Is your dash lit up like a Christmas tree? Well, here’s what all those pretty little colors mean as our car warning lights guide explains all. 

Car warning lights are pretty daunting things to suddenly appear on your dashboard, but not all of them are as scary as they may first seem. As part of your car maintenance, it’s a good idea to get familiar with what your car is trying to tell you.

So, to shed some light on what those little symbols mean, we’ve decided to compile the most common ones all here in one place. Let’s get into it – here’s your ultimate guide to car warning lights:

Car Warning Lights Explained

car warning lights

What do the colors mean?

You might not have considered it before, but the color of a car warning light does actually hold some weight. Red lights flag up the most severe issues, usually things which could have a serious impact on safety or the health of your car. Issues from the next tier down are categorized by an orange hue, and while they may not put the occupants at immediate risk, these warning lights still often relate to something that needs prompt attention.

Finally, the third set of warning lights are ones that you shouldn’t be too concerned about. These are either green, blue, or white. Marques often use different colors and designs as these simply convey information rather than actual warnings about faults, so we’ll skip over those lights for now. The red and orange lights, meanwhile, are standardized between marques. That said, if you spot a warning light which doesn’t look familiar to what you see here, always consult your car’s manual to be sure.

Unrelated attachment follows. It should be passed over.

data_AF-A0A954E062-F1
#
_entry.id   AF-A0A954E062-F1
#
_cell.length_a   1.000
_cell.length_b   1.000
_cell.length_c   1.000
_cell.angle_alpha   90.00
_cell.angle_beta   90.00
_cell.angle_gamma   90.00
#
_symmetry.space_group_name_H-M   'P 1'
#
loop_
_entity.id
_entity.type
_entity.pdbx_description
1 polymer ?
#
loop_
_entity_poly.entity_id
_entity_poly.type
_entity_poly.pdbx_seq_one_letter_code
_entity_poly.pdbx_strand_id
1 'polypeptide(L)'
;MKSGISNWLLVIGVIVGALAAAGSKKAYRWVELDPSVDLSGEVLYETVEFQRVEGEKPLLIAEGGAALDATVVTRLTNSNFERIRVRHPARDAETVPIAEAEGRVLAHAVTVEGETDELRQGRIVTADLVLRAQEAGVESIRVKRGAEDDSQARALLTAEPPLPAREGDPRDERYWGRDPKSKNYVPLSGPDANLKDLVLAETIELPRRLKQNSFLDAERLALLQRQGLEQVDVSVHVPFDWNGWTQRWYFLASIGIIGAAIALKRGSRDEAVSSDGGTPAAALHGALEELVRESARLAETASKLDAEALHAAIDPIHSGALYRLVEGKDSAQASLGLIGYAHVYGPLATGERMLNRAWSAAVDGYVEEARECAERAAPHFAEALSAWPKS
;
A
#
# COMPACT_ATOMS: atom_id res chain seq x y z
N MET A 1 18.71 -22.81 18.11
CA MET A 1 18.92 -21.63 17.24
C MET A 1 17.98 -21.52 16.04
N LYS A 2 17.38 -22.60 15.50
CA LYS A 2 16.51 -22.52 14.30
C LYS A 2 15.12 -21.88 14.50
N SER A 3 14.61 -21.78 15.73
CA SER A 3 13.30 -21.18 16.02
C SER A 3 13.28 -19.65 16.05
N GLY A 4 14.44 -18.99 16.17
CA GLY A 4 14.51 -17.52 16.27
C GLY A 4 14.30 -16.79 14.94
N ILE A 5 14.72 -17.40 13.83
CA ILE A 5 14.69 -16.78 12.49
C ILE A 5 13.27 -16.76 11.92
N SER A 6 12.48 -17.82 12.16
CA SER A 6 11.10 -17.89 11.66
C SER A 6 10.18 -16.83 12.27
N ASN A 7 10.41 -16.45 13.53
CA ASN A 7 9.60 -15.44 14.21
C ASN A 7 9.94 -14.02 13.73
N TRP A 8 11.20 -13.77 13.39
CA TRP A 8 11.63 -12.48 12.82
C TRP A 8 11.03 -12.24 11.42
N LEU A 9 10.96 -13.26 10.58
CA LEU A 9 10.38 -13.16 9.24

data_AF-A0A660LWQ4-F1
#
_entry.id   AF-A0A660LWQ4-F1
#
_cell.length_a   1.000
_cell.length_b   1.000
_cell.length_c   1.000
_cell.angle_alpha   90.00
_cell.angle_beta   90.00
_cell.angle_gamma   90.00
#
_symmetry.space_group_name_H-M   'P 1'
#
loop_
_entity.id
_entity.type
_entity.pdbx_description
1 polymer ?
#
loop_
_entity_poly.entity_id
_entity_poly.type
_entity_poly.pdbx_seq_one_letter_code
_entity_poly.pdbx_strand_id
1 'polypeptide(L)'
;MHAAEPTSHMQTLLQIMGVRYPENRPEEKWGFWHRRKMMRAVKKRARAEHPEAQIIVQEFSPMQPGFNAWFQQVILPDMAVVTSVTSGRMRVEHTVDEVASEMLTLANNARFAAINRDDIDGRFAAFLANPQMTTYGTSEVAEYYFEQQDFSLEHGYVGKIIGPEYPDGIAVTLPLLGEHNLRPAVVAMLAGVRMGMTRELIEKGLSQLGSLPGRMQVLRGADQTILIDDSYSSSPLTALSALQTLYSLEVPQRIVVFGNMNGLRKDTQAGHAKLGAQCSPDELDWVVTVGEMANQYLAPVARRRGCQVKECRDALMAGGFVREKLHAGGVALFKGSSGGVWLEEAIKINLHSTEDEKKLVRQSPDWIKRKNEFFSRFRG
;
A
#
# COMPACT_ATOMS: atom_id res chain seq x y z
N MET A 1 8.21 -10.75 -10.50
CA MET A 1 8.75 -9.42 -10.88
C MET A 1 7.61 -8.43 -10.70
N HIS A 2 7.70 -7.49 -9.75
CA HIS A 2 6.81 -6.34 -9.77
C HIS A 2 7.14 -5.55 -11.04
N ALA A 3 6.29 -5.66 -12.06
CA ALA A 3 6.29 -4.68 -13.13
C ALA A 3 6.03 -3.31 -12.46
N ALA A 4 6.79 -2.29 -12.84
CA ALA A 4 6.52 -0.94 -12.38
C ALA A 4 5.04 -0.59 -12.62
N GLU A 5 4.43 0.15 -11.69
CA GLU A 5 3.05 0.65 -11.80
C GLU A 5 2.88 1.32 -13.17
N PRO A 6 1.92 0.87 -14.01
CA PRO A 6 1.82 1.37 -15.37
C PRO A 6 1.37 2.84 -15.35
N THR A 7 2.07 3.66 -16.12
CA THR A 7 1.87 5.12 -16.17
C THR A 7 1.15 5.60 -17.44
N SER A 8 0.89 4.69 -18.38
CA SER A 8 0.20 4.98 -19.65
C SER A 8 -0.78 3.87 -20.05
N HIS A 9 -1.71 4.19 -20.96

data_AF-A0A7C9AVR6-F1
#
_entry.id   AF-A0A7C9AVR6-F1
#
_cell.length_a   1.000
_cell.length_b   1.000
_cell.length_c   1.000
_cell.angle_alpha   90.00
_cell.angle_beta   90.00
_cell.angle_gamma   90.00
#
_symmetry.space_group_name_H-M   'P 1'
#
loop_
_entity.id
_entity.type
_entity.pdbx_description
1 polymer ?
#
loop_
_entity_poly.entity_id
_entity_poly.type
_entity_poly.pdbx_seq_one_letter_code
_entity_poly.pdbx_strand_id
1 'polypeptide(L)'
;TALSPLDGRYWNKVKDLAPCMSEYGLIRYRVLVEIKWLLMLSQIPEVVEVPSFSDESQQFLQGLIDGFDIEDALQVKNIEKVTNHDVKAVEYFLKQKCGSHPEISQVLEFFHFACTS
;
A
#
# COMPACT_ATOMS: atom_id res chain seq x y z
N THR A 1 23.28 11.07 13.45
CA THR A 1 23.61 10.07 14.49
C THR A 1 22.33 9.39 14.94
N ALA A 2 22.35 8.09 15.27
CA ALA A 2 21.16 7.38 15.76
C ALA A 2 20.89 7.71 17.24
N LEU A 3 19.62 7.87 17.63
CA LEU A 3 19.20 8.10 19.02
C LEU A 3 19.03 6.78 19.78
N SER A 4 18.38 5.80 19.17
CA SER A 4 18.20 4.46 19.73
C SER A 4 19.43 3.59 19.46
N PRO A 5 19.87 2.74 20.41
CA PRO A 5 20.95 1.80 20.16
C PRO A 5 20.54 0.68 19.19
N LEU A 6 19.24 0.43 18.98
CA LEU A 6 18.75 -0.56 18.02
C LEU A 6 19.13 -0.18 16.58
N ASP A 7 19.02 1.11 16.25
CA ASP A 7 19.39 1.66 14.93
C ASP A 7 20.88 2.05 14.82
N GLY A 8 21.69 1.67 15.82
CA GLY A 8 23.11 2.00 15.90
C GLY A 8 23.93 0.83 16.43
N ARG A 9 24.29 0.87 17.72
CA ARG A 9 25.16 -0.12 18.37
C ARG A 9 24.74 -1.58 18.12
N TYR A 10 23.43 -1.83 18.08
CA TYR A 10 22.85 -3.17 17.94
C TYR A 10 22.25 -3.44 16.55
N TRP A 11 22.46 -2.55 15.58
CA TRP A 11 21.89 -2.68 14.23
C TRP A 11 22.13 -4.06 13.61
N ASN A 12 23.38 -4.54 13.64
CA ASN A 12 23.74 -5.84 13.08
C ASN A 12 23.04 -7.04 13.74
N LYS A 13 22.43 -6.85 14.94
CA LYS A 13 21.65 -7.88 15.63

A Jaguar's check engine light

Check Engine Light

A rather vague warning, the check engine light doesn’t alert you to any specific problem, so any manner of things could be going on under the hood. However, although this warning light can be an indicator of something very serious, it can also simply be the result of something as comparatively minor as faulty emissions sensors. Whatever is causing it though, it’s not a light you want to ignore. If you’ve got a fault code reader, see if that can diagnose the issue. Otherwise, a trip to your local garage should be high on your to-do-list.

Can you drive with a check engine light?

In a lot of circumstances, it can be safe to drive the car if you have a check engine warning light. But you should always exercise caution when driving. While it may not be a serious fault, it could also be one that causes more damage the longer you drive. If you don’t have a fault code reader to hand in order to determine the issue, visit your local garage for an investigation.

oil pressure warning light

Engine Oil Pressure

Not to be confused with the engine oil level light (looks similar but has a wiggly line beneath it) which kicks in when you’re running low, this light indicates that oil simply isn’t circulating around the engine at all. If this is the case, you need to stop immediately to hopefully avoid blowing your engine up. To be honest, if either oil light comes on, you’ll be lucky to avoid any sort of internal damage.

Can I drive with an engine oil pressure light on?

Under no circumstances should you drive your vehicle if you have an engine oil pressure light illuminated. One of the biggest reasons for catastrophic engine failure is oil starvation. Driving without enough engine oil is a one way street to detonation. You won’t just be paying for an investigation, the likelihood is new engine parts or a complete engine overhaul. Be warned!